Which is why it’s important to think carefully about things like “racism” and what they mean, rather than starting to howl, as intended.

Look, racism as a thought is not only not a crime, and not necessarily detrimental, but is also impossible to police against. Trying to change what’s inside people’s head is impossible, and will cause stupid(er) backlash.

How can I say it’s not detrimental? Well, depends on what you consider race. My dad is almost charmingly racist. No, seriously. Except he thinks Portuguese is a race. It would be the ridiculous “white nationalism” they keep warning us about if Portuguese had anything to do with racial characteristics. Instead, it’s just charming and a bit deranged, and I think you guys with relatives who came from Europe have experienced the same.

My dad thinks the Portuguese invented everything and did everything worth doing. The Portuguese not only invented bread, but the knife to slice it and the butter to spread on it. No seriously. You can hear him explain history according to Portuguese greatness and the only reasonable response is to giggle.

It only chafes a bit because his crazy younger child went off and married one of them inferior Anglo-saxons (With a bit of Amerindian, a lot of German and…. but dad doesn’t need to know that. I mean Germans. That’s worse than anything. Amerindian is a plus though, because he grew up on Westerns.) He deals with it passibly. Dan is of course inferior, but he’s OUR untermenchen and Dad quite likes him. Not as much as if I’d married a Portuguese, of course, but look, he’s dealing with it the best he can. And the boys, though obviously mixed race take after the Portuguese side (in dad’s mind) as any sensible child would, so they’re okay, and he’s very proud of them and expects them to excel in this barbarous land to which I took myself.

The fact he thinks Portuguese are genetically superior hurts no one and enhances his life immeasurably.

Now, of course, dad is a moral person. If he enters into business with a foreigner, he’ll be strictly honest, because his own pride demands he be fair. (The Portuguese are always fair. Snort, giggle.)

But, you say, Portuguese is not a race. Isn’t it? Makes as much sense as American perception of races. You guys might not realize it, if you grew up here, but what you consider black (Oh, pardon me, African-American) makes not a whit of sense. No, seriously. Half of my relatives are “black” according to American perceptions. (Dad would mostly ping Arab or, if in NYC, very Jewish. But dark. But other relatives.) And frankly half of my genetic cousins, to believe 23 and me (snort, giggle) are pure European. But… dear Lord, drop them anywhere in the US and they would be assumed to be black. As for me, with a perm and a tan, some PORTUGUESE assumed I came from the African colonies.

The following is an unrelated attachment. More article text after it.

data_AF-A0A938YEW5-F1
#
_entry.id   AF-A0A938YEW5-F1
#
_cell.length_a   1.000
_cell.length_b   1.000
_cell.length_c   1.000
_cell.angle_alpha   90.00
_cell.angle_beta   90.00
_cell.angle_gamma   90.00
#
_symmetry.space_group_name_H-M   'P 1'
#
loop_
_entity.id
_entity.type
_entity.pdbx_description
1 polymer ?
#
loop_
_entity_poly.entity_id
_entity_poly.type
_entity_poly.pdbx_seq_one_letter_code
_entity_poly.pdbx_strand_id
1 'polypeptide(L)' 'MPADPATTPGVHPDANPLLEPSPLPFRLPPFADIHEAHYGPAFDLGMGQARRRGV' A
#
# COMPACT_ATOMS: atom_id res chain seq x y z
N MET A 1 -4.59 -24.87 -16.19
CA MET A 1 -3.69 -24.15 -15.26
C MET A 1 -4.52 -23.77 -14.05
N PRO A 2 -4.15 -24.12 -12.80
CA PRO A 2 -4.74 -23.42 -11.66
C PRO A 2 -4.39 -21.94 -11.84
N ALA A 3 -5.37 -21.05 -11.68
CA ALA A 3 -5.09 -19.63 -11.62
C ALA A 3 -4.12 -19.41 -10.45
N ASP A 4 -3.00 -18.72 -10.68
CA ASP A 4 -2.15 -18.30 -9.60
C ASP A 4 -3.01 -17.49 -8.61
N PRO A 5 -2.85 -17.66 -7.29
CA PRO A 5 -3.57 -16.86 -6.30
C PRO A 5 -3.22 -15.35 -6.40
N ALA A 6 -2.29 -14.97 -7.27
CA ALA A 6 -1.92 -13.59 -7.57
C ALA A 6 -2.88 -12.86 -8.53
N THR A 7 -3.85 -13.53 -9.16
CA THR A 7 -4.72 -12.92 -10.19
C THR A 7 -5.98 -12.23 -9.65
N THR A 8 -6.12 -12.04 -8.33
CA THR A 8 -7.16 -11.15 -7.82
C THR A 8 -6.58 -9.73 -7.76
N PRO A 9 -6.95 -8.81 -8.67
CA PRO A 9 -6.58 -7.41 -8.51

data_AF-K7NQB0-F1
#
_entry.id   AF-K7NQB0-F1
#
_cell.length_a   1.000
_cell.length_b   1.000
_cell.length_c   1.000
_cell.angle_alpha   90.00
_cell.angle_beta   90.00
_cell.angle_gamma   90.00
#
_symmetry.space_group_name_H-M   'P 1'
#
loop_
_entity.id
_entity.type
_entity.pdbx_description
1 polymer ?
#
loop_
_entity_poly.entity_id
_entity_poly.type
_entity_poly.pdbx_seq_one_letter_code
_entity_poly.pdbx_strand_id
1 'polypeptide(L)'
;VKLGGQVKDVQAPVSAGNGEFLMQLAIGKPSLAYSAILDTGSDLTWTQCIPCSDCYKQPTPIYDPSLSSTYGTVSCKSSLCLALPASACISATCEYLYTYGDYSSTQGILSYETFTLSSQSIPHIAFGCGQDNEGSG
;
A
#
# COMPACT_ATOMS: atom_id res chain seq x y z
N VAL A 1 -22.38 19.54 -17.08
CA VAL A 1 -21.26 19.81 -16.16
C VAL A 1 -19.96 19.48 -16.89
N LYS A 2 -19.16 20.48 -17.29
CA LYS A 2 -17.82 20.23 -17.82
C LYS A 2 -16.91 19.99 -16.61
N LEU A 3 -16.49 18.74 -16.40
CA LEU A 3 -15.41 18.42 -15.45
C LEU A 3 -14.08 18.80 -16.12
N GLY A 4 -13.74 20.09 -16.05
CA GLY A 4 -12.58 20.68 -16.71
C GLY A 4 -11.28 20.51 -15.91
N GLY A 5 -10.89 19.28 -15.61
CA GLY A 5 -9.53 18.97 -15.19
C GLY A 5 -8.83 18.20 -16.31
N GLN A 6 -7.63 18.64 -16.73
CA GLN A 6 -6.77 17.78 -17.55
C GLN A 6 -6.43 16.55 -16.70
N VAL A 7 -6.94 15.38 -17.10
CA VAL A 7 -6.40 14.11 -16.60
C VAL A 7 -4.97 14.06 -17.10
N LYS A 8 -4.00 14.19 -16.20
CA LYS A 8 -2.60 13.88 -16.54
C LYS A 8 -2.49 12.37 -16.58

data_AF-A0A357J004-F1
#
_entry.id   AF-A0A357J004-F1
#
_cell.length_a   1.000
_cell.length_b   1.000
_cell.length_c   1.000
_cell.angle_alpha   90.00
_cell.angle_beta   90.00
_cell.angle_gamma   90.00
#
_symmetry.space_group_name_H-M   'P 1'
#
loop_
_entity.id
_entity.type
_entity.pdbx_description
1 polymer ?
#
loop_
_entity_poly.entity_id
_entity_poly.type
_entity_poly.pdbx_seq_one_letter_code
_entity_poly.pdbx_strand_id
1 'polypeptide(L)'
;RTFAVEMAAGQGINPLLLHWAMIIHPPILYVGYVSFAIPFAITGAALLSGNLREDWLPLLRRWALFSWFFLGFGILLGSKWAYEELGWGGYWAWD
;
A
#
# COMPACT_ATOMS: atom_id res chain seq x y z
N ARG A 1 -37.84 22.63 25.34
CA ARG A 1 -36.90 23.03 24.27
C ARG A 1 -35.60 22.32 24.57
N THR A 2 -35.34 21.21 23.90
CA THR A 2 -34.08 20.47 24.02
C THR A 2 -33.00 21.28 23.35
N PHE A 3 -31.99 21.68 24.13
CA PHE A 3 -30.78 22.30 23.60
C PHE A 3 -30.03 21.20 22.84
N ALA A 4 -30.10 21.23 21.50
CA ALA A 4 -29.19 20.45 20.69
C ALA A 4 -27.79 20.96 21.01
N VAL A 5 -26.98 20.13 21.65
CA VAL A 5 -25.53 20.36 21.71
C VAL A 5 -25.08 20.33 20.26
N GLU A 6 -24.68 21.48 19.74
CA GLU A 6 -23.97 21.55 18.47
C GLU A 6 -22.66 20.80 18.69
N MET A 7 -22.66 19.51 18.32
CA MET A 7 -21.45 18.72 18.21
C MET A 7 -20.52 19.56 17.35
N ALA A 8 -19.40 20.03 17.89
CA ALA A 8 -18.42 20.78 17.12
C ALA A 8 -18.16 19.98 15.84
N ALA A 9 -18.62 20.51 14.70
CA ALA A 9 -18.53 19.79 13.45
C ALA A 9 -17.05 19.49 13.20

I hear someone referred to as “An African American actor”, (in another post we’ll go into the erasure of women by using the male form ONLY for artists) blink at the picture of a Mediterranean looking girl, and flash on the Farside cartoon of two bathrooms marked with identical penguins, and the words “only they can tell the difference.” I think you have to be born and raised in America to “get” how Americans see race. Either that, or it’s actually impossible. I don’t know which.

America is in fact so mixed we scared the heck out of my mom who couldn’t discern which (European) race people belonged to and had a minor panic attack over it, since we were messing with her head categories. (She also couldn’t identify any of the races we consider races, because it doesn’t look like in Europe where they tend to keep separate.)

Look, if there’s an American race, it’s “mongrel and proud.”

So, racism in America is USUALLY a reaction not to race at all but to culture, as expressed in clothes, hairstyle and manner of speech.

People often ask my kids what race they are (snort, giggle) because apparently they present as incredibly mixed, but they’re more likely to be discriminated against for being male and huge and perceived as dangerous than because they tan. Because they open their mouths and — how did the Barbarella reviewer class my language habits? Oh, yeah, — sound like they swallowed a thesaurus. And no one is afraid of that. Confused, sometimes. Upset, often. But not terrified.

But we don’t use “racism” to mean hatred of a race. Instead we apply it to situations that real racists in NYC or Hollywood THINK are due to racism, thereby betraying only their own inner thoughts.

Take when I complained about homeless taking over the public library and denying me and the boys a resource and a place where we used to walk regularly. The blogs on the left that read that and decided I needed to be yelled at immediately screamed “racist”. This puzzled living heck out of me, until someone on the blog pointed out that “homeless are usually black in the East.”